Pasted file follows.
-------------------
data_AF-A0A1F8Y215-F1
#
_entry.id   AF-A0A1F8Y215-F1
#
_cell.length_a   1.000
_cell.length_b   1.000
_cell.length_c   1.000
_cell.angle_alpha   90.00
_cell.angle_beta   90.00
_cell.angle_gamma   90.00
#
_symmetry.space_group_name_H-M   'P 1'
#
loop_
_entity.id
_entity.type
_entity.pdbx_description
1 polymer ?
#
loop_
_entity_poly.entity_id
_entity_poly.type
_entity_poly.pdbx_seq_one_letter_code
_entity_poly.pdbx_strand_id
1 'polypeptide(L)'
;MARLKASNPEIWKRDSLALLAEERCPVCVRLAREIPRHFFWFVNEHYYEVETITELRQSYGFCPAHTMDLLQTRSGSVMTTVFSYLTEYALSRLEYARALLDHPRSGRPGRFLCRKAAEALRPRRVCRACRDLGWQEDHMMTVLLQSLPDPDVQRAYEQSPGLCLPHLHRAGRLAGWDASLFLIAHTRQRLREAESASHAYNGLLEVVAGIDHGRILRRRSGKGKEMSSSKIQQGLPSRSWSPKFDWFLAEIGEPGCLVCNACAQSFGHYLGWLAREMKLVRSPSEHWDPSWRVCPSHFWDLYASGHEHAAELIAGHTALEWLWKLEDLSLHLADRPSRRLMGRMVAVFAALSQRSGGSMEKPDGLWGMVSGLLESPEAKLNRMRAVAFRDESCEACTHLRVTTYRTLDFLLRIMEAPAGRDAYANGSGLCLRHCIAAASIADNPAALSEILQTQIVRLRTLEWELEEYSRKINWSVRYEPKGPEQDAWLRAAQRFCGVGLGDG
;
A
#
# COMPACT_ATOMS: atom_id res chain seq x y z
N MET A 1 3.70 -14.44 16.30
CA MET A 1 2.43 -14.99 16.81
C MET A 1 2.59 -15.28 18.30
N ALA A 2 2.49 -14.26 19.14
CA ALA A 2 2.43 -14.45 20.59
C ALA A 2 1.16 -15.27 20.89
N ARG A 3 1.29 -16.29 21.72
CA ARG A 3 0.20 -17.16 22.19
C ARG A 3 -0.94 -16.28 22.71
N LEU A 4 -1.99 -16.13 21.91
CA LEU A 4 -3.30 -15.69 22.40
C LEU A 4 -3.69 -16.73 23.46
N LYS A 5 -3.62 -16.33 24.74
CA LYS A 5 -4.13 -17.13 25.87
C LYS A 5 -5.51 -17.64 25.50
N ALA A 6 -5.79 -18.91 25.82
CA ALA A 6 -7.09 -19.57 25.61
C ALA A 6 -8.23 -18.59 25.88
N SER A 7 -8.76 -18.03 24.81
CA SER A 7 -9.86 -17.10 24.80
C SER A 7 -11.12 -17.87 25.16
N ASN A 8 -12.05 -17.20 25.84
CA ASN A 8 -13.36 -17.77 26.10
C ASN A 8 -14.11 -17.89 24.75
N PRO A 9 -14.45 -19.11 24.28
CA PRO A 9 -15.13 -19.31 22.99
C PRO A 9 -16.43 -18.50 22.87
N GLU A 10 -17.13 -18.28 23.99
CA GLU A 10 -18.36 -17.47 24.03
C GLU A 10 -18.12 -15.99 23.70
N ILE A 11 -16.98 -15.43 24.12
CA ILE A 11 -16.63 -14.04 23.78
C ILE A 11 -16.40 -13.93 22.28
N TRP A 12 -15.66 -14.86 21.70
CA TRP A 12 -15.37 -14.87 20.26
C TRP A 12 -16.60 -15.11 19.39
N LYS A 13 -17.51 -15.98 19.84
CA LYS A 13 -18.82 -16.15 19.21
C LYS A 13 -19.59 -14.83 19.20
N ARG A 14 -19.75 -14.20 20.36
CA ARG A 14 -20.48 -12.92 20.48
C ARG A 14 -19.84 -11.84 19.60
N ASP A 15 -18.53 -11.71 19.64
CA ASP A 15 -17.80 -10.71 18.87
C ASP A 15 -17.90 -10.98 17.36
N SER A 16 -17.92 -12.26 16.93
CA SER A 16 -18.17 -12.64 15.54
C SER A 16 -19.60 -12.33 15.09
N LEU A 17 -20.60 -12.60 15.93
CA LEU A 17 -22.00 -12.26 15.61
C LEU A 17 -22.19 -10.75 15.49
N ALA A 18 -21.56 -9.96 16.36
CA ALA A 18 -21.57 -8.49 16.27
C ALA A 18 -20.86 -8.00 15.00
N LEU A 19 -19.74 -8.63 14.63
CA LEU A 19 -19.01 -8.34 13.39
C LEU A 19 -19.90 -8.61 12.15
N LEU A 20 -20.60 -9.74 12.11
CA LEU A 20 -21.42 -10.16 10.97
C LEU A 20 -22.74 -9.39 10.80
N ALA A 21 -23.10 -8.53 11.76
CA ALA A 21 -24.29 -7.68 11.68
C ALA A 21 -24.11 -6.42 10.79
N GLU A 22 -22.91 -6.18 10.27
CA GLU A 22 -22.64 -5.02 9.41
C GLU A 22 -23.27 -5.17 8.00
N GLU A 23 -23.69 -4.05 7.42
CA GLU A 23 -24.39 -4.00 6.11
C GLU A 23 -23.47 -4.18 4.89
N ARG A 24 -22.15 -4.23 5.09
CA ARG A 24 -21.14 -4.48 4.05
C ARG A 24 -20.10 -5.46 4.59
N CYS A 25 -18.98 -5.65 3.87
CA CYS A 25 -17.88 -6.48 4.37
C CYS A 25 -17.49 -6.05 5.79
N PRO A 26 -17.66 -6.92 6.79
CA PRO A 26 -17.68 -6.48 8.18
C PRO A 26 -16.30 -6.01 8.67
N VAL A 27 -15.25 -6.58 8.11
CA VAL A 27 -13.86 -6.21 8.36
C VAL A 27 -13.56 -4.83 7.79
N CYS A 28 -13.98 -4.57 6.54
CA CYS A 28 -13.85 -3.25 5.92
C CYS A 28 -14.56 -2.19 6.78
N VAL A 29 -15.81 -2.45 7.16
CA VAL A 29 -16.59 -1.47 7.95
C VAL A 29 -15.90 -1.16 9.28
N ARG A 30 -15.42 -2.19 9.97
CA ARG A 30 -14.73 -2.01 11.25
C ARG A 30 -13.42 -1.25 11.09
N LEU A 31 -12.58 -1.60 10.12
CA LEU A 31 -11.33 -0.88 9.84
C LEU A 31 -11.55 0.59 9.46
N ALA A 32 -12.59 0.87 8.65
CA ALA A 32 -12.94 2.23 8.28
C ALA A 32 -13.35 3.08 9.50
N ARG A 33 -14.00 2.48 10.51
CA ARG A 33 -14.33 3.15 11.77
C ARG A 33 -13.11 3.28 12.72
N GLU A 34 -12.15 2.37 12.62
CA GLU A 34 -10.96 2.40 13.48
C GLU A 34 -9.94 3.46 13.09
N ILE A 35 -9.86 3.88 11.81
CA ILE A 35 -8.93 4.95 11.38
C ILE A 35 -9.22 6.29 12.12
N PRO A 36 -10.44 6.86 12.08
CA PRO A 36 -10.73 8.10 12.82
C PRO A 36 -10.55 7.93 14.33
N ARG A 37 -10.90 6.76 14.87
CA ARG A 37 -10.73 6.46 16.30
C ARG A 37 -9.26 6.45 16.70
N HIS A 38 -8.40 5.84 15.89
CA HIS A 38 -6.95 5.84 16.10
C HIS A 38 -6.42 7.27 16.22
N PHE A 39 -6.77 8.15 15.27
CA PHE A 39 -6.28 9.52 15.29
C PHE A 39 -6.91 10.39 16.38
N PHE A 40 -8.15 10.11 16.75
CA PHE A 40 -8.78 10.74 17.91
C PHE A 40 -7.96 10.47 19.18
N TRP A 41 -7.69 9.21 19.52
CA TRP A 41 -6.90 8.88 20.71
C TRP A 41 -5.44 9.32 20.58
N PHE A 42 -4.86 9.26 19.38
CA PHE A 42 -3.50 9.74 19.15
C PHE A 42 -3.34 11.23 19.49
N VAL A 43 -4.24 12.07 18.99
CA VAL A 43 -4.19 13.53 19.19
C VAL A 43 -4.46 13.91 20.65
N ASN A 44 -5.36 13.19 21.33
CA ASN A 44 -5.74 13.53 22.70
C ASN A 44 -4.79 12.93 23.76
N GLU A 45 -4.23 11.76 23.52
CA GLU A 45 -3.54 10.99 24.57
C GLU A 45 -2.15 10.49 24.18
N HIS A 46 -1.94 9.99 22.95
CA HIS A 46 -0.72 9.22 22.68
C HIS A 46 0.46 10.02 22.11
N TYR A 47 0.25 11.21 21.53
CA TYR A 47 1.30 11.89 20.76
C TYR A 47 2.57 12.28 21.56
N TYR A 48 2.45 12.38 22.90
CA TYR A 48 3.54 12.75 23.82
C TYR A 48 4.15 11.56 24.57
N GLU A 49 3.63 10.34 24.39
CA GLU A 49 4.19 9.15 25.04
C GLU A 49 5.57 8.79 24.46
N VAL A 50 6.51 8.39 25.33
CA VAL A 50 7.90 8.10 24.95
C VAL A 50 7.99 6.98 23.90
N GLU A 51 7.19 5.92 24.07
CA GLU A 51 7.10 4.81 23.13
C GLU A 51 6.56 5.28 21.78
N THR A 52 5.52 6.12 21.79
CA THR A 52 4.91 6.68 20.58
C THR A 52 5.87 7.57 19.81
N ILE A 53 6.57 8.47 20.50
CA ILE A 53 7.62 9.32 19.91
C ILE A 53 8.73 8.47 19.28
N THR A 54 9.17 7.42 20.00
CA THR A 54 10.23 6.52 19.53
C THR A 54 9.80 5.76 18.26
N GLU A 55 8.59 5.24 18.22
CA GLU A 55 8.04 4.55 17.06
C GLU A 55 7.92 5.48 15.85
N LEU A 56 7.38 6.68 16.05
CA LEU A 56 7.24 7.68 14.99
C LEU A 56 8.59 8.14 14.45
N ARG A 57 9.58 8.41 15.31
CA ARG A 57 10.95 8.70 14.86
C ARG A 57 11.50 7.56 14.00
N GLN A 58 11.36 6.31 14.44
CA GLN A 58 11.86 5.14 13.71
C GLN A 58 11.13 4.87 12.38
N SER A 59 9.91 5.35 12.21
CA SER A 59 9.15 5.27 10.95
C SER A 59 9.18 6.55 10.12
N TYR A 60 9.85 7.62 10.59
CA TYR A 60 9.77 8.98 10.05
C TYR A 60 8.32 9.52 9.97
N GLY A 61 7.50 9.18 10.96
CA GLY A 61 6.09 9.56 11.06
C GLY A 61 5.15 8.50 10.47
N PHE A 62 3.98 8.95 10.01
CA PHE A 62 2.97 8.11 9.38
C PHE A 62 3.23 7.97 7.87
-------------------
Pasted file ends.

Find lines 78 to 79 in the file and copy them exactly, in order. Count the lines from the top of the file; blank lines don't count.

C SER A 16 -19.60 -12.33 15.09
N LEU A 17 -20.60 -12.60 15.93